By Season 2, the series found its voice and the tenor was organized lunacy. I've been rewatching the series on and off during the pandemic; it's marvelous to see I wasn't inflating the series highs through college-era nostalgia—the opening scene of Season 2 alone is a self-contained masterclass in banter and physical comedy. The banter between the cast—consisting of Zachary Knighton, Elisha Cuthbert, Adam Pally, Damon Wayans Jr, Eliza Coupe, and Caspe's now wife Casey Wilson—is a rapid-fire exchange of pop culture references that ranged from an incisive flip of a usually obvious joke to crate-deep allusion you would not expect on broadcast TV. Series MVP Pally quietly broke new ground as Max, a gay man that subverted cliches at every turn. Wayans Jr and Coupe often contested his throne as Jane and Brad, the group's married couple who often found their gender roles reversed. Wilson's aptly named Penny Hartz often provided the plot hijinks in her perennial search for love in all the wrong places. Knighton and Cuthbert exemplify some of the show's best strengths. In Season 1, Knighton's jilted Dave registered the least personality—so by Season 2 he was defined as the try-hard always searching for identity and security. As for Cuthbert, once her Alex left Dave and had nothing interesting to do after, she leaned all the way into being the endearing village idiot, always a half-step behind the self-referential jokes the rest of the group volleyed. The actress once most famously known as Jack Bauer's joyless daughter was now eliciting some of the biggest laugh-out-loud moments, holding her own against more classically trained comedians.

Then, as is usually the case with something that feels too good to be on network TV, Happy Endings was canceled after three seasons. And once revival culture set in, the show was among the most consistently petitioned, both figuratively and literally. The cast and Caspe are routinely asked; the routine answer is that they all stay in touch, and would love to, schedules and opportunity permitting. Pally visited the Watch Less podcast this year and offered some of the most reassuring news yet, attributing the absence of an official limited new season to near-misses in schedule roulette. Still, most reunions are just pale imitations. Better to take those near-misses as a sign and just rewatch the glory days, right?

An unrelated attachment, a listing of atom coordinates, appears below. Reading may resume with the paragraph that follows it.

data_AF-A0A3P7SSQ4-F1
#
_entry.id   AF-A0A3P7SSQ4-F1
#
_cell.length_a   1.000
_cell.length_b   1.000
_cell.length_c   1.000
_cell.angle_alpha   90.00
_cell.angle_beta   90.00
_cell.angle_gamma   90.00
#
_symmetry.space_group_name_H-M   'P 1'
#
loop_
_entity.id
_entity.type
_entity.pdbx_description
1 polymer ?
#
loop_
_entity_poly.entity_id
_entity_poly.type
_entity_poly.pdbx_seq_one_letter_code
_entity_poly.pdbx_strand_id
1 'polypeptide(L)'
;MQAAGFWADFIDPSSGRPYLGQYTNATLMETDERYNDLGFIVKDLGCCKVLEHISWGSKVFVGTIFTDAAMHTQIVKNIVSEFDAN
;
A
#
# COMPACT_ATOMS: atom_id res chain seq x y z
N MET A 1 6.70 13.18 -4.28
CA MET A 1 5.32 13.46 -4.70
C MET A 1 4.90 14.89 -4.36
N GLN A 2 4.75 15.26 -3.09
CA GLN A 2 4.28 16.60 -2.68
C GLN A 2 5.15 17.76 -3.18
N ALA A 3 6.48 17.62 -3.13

Against all odds, especially the biggest one—you know, staging a reunion OVER ZOOM—Happy Endings came back with a 30-minute victory lap that feels like it was written in 2013. Cuthbert especially slithered back into Alex's ditzy skin as if only seven months had passed instead of years. But the whole cast is firing on all cylinders, with a plot and new life circumstances that play into their characters perfectly. Alex WOULD be a Corona-truther. Penny absolutely would be in love with an Essential Worker—I yelled when she revealed she keeps a wedding dress ready to go at a moment's notice, almost as hoarsely as I did at the byzantine mechanics used to set Dave, clueless as ever, up with a new restaurant that spells out...COVID (he even bought merch). I wouldn't dream of spoiling how the episode inserts a reference to one of 2019’s best films into the proceedings. Pally manages to fuse his Streetwear Dad IRL persona in with Max's new status seamlessly. Coupe and Wayans Jr. are as intensely wacky, and horny, as ever.

Throw the old adages and statistics out. If this is what the gang could cook up across disparate computer screens, confined by a ravaging virus, when this all ends, Hulu or whoever else would be stupid not to throw them a bag and a 10-episode order. Happy Endings is the exception—nothing has changed. —Frazier Tharpe